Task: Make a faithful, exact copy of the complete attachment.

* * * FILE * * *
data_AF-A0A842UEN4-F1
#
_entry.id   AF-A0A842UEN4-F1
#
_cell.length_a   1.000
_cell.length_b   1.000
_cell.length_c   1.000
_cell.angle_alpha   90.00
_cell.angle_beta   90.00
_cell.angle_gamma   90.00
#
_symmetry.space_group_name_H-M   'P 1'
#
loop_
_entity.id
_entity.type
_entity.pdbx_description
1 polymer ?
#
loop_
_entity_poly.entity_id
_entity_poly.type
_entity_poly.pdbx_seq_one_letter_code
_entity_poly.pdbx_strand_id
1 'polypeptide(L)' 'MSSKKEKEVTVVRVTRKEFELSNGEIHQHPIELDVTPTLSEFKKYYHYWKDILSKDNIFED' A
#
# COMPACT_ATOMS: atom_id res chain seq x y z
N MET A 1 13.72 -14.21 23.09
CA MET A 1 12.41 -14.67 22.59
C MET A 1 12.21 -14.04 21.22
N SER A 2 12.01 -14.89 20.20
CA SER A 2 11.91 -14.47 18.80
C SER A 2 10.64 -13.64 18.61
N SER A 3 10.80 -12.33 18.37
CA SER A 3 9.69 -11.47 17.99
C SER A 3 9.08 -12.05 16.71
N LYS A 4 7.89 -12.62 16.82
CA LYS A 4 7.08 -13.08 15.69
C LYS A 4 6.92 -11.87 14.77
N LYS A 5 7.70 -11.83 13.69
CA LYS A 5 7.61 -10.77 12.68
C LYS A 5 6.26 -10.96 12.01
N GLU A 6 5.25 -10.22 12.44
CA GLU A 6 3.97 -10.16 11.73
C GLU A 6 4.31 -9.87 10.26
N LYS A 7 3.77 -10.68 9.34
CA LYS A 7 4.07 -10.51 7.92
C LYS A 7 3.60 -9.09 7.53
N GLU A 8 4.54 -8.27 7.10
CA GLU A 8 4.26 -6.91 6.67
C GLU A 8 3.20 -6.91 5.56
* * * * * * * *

data_AF-A0A842UEN4-F1
#
_entry.id   AF-A0A842UEN4-F1
#
_cell.length_a   1.000
_cell.length_b   1.000
_cell.length_c   1.000
_cell.angle_alpha   90.00
_cell.angle_beta   90.00
_cell.angle_gamma   90.00
#
_symmetry.space_group_name_H-M   'P 1'
#
loop_
_entity.id
_entity.type
_entity.pdbx_description
1 polymer ?
#
loop_
_entity_poly.entity_id
_entity_poly.type
_entity_poly.pdbx_seq_one_letter_code
_entity_poly.pdbx_strand_id
1 'polypeptide(L)' 'MSSKKEKEVTVVRVTRKEFELSNGEIHQHPIELDVTPTLSEFKKYYHYWKDILSKDNIFED' A
#
# COMPACT_ATOMS: atom_id res chain seq x y z
N MET A 1 13.72 -14.21 23.09
CA MET A 1 12.41 -14.67 22.59
C MET A 1 12.21 -14.04 21.22
N SER A 2 12.01 -14.89 20.20
CA SER A 2 11.91 -14.47 18.80
C SER A 2 10.64 -13.64 18.61
N SER A 3 10.80 -12.33 18.37
CA SER A 3 9.69 -11.47 17.99
C SER A 3 9.08 -12.05 16.71
N LYS A 4 7.89 -12.62 16.82
CA LYS A 4 7.08 -13.08 15.69
C LYS A 4 6.92 -11.87 14.77
N LYS A 5 7.70 -11.83 13.69
CA LYS A 5 7.61 -10.77 12.68
C LYS A 5 6.26 -10.96 12.01
N GLU A 6 5.25 -10.22 12.44
CA GLU A 6 3.97 -10.16 11.73
C GLU A 6 4.31 -9.87 10.26
N LYS A 7 3.77 -10.68 9.34
CA LYS A 7 4.07 -10.51 7.92
C LYS A 7 3.60 -9.09 7.53
N GLU A 8 4.54 -8.27 7.10
CA GLU A 8 4.26 -6.91 6.67
C GLU A 8 3.20 -6.91 5.56